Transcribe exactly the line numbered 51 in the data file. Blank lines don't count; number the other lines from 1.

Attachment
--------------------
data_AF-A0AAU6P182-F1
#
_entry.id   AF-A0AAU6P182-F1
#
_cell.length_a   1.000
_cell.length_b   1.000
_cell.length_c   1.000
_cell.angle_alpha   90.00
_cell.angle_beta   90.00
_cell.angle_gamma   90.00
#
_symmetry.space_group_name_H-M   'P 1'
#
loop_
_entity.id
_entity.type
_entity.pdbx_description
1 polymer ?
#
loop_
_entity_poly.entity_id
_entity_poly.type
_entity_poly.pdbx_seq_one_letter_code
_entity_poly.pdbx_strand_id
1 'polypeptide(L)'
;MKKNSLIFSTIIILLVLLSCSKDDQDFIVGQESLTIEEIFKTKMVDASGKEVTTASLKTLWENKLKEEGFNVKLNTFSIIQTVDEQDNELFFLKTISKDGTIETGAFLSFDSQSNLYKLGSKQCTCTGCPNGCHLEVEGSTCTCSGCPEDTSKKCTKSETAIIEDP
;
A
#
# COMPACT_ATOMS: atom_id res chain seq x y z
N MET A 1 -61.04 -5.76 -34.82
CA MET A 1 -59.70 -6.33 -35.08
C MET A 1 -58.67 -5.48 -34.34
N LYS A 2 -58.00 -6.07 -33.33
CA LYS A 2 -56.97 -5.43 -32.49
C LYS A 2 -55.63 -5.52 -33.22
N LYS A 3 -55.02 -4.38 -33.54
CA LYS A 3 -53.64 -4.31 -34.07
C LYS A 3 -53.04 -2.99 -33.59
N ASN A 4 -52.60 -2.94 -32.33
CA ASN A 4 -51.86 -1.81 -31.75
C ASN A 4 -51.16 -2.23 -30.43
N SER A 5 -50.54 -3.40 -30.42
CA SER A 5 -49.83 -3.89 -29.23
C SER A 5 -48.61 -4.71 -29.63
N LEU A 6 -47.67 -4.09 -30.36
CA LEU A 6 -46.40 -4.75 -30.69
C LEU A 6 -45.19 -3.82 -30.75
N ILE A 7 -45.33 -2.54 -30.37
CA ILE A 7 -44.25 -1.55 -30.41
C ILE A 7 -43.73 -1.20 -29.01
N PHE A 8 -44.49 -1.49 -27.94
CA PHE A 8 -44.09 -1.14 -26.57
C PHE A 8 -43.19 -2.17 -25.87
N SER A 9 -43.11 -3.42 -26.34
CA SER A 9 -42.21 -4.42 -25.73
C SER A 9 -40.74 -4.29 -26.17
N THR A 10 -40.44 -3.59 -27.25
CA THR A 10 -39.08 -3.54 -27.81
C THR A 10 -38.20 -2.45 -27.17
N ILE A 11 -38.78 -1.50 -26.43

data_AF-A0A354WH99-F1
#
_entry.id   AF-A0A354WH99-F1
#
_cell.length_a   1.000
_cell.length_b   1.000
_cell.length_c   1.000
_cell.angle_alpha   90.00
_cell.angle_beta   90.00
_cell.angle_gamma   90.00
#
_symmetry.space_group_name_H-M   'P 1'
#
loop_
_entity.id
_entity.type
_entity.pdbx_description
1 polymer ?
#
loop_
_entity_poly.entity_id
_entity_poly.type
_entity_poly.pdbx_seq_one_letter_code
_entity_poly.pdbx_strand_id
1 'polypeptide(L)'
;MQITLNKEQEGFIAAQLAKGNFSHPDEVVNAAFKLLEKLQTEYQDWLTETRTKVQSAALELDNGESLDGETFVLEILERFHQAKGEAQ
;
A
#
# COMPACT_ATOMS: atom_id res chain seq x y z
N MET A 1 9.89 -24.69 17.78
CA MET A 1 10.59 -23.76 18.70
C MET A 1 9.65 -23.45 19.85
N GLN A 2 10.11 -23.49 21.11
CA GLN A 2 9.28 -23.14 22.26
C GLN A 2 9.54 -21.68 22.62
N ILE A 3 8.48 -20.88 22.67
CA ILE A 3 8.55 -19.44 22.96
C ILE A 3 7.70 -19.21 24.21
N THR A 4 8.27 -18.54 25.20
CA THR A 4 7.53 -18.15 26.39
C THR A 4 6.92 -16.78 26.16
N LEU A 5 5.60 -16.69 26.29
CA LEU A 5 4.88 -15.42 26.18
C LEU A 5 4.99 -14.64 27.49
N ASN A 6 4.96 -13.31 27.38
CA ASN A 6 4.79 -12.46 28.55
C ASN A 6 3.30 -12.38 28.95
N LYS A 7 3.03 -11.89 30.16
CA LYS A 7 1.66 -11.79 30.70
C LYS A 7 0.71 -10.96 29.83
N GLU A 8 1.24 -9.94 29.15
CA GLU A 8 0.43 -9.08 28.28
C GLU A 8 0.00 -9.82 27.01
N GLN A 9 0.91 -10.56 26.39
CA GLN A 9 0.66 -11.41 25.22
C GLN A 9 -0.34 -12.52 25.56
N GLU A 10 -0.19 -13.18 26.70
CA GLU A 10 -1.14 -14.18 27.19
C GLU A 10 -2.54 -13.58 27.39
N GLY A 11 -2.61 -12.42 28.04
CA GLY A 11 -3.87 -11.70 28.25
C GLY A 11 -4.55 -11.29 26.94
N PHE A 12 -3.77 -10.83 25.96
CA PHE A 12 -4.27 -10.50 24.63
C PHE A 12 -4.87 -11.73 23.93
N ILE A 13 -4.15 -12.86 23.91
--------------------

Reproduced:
C ILE A 7 -43.73 -1.20 -29.01